Tuesday, 30 September 2014

NEW BOOK COMING SOON: Cameron's Conservatives and the Internet

Cameron's Conservatives and the Internet - By Anthony Ridge-Newman

About the book:

The internet seems to be changing the way many of us interact and communicate. But how is it impacting on more historically traditional institutions like the British Conservative Party? As more and more web-applications spring-up as parts of our everyday lives, are political parties changing in the age of the internet? If so, how are they responding to these wider changes in the ways in which we interface with technology and one another? Using David Cameron's Conservative Party as a case study, this book examines the role of specific internet technologies like blogs, email, ConservativeHome, Facebook, MyConservatives, Twitter and WebCameron in the organizational culture of the Tory Party 2005-14. Benefitting from both academic and party insider perspectives, this text presents the case for the emergence of a new technological subculture within the party, which the author calls 'Cyber Toryism'.

Endorsed by leading contemporary Conservative Party academics:

'Benefitting from being written from both an academic and an insider perspective, this study effectively outlines the challenges that new media pose to the organizational and campaign hierarchy that has traditionally characterized the Conservatives. Ridge-Newman shows that the advent of digital democracy doesn't only pose risks for parties; it also offers rewards.'

- Professor Tim Bale, School of Politics and International Relations, Queen Mary, University of London, UK.

'Anthony Ridge-Newman provides an innovative analysis of the Conservatives’ engagement with the internet under David Cameron. Drawing on ethnographic methods during hard-fought elections, his book is unique, breaking new ground in the study of the role that new technologies are playing in the lives of political activists in Britain.'

- Dr Alexander Smith, Department of Sociology, Warwick University, UK.

'Ridge-Newman’s book offers the first in-depth investigation of the role of digital technologies in the Conservative Party under Cameron. This book explores the challenges that new forms of technology pose to traditional structures of power and authority within political parties. It is essential reading for researchers and practitioners alike.'

- Dr Alex Windscheffel, Department of History, Royal Holloway, University of London, UK.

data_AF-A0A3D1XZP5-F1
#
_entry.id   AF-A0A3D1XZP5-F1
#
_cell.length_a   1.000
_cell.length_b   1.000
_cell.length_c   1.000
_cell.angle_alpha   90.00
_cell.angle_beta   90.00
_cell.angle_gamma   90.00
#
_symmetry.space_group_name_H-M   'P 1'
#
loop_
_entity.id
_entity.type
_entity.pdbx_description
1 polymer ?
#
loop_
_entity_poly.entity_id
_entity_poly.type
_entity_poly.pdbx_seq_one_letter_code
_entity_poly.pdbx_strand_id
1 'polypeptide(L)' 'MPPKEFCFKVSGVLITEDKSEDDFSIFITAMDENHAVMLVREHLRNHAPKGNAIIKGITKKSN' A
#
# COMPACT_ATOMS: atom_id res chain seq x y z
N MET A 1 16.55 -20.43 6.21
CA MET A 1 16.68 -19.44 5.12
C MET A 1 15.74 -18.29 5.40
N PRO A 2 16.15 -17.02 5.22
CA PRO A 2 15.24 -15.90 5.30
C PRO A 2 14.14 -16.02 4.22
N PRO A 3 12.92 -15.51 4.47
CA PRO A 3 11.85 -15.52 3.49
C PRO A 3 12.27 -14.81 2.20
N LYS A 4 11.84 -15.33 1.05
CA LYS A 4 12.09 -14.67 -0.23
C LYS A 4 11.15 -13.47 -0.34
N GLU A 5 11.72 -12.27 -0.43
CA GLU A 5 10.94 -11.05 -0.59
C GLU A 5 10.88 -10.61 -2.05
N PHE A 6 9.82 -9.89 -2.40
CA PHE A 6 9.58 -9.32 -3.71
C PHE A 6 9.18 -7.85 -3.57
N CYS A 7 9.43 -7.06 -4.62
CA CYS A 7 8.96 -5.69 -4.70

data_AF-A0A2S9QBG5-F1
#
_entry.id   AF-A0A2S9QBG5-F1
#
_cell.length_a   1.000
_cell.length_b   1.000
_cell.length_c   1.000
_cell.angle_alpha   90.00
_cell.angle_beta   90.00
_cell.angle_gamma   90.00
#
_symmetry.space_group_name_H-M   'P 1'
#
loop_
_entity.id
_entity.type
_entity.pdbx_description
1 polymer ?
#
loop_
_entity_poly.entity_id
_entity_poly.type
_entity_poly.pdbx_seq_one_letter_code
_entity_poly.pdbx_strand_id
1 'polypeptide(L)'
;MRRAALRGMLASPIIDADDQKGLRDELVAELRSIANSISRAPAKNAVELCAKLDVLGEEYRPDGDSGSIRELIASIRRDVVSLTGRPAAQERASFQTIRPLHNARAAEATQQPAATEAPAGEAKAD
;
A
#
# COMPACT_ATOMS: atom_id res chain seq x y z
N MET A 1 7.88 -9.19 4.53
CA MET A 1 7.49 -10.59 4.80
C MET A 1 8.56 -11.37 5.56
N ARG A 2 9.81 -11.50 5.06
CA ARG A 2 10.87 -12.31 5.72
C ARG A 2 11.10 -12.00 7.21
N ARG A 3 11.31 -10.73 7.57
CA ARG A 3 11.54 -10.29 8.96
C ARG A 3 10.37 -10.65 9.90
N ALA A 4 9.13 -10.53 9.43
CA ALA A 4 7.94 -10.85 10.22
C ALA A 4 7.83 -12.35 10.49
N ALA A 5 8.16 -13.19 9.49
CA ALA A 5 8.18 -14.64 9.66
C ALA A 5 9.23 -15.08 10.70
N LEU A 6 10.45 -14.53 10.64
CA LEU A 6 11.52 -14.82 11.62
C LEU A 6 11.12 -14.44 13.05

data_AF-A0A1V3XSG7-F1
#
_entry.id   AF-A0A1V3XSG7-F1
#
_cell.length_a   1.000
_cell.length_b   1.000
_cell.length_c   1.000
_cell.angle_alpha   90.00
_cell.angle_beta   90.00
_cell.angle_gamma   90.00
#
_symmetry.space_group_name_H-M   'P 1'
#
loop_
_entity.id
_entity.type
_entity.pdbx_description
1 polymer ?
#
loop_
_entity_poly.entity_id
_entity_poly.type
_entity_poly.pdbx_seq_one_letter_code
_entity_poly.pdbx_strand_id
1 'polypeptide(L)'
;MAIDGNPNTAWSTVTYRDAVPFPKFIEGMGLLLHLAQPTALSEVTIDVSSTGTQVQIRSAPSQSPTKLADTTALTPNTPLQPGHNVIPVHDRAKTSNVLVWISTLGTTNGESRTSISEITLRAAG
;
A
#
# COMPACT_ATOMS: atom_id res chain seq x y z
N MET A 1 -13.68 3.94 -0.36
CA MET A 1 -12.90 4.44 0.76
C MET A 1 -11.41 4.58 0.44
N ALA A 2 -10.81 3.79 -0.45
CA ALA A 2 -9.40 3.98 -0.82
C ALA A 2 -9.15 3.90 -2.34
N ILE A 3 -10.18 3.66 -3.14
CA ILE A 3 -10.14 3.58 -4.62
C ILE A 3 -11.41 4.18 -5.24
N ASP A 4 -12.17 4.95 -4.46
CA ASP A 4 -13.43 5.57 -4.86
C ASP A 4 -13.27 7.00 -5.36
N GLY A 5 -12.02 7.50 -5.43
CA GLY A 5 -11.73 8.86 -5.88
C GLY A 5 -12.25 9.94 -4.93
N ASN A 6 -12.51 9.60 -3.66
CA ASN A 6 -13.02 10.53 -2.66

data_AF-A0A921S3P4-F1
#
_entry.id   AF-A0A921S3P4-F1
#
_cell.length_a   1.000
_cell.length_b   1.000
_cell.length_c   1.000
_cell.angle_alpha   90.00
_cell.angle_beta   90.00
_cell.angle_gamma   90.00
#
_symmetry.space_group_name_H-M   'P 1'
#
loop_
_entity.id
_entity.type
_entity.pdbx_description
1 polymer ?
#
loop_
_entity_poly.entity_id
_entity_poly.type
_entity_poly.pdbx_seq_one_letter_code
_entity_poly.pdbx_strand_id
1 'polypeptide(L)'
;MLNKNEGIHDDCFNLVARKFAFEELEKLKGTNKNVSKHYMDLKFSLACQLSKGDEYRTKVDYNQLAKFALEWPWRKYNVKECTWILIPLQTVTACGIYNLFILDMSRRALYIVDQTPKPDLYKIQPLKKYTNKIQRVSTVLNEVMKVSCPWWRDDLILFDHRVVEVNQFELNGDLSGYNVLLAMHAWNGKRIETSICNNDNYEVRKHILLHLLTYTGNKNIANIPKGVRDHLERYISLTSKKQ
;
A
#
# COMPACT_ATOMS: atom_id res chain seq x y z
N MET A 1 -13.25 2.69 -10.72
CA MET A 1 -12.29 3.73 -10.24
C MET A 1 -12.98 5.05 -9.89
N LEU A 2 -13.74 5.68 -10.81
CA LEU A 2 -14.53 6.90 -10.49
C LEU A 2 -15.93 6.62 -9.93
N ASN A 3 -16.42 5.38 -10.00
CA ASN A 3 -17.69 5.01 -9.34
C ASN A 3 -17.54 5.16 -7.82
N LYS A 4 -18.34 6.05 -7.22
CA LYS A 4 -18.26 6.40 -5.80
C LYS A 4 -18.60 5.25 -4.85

About the author:

Dr Anthony Ridge-Newman has diverse expertise in academia, communications, politics and media. He conducted the ESRC funded research on which this book is based at the University of London, 2008-11. During that time, he was a councillor for Virginia Water and a parliamentary candidate for Ynys Môn | Anglesey. This first-hand experience was embraced in this book using ethnographic methods.

Forthcoming October/November 2014:

For notification of launch - email:
For more information about the author - visit:

Monday, 22 September 2014

Devolution and the Scottish Conservatives (Smith, 2011)

The Scottish Referendum gripped the entire UK. But how did Scottish Devolution impact on the Conservative Party north of the border? My mentor, Alexander Smith, wrote an excellent book on this subject, which is now out in paperback. I highly recommend a read:

"This highly readable book is a unique, ethnographic study of devolution and Scottish politics as well as Party political activism more generally. It explores how Conservative Party activists who had opposed devolution and the movement for a Scottish Parliament during the 1990s attempted to mobilise politically following their annihilation at the 1997 General Election. It draws on fieldwork conducted in Dumfries and Galloway - a former stronghold for the Scottish Tories - to describe how senior Conservatives worked from the assumption that they had endured their own ‘crisis’ in representation. The material consequences of this crisis included losses of financial and other resources, legitimacy and local knowledge for the Scottish Conservatives.

"This book ethnographically describes the processes, practices and relationships that Tory Party activists sought to enact during the 2003 Scottish and local Government elections. Its central argument is that, having asserted that the difficulties they faced constituted problems of knowledge, Conservative activists cast to the geographical and institutional margins of Scotland became ‘banal’ activists. Believing themselves to be lacking in the data and information necessary for successful mobilisation during Parliamentary elections, local Tory Party strategists attempted to address their knowledge ‘crisis’ by burying themselves in paperwork and petty bureaucracy. Such practices have often escaped scholarly attention because they appear everyday and mundane and are therefore less noticeable."

Saturday, 20 September 2014

Time for UK Federalism

In the aftermath of the historic Scottish Referendum, which appears to have impacted on the socio-political fabric of the entire United Kingdom, it now seems time for the rise of a Britain of the people. A Britain with a fair federalised democratic system.

We need to step away from a system rooted in a tradition that places so much power in the hands of firmly established elites in a Westminster bubble that is made up of unrepresentative aristocrats, bishops, parliamentarians and traditional media.

Let's campaign for greater representation and a more direct democracy (the benefits of which have been demonstrated by the recent ‎Scottish Independence Referendum) starting with a referendum on ‪the UK's membership of the European Union (EU), because it is what people want‬.

The Scottish Referendum has electrified and reinvigorated what was becoming a stale and limp democracy in Britain. More direct democracy can only inject more confidence and sense of participation in the British democratic process.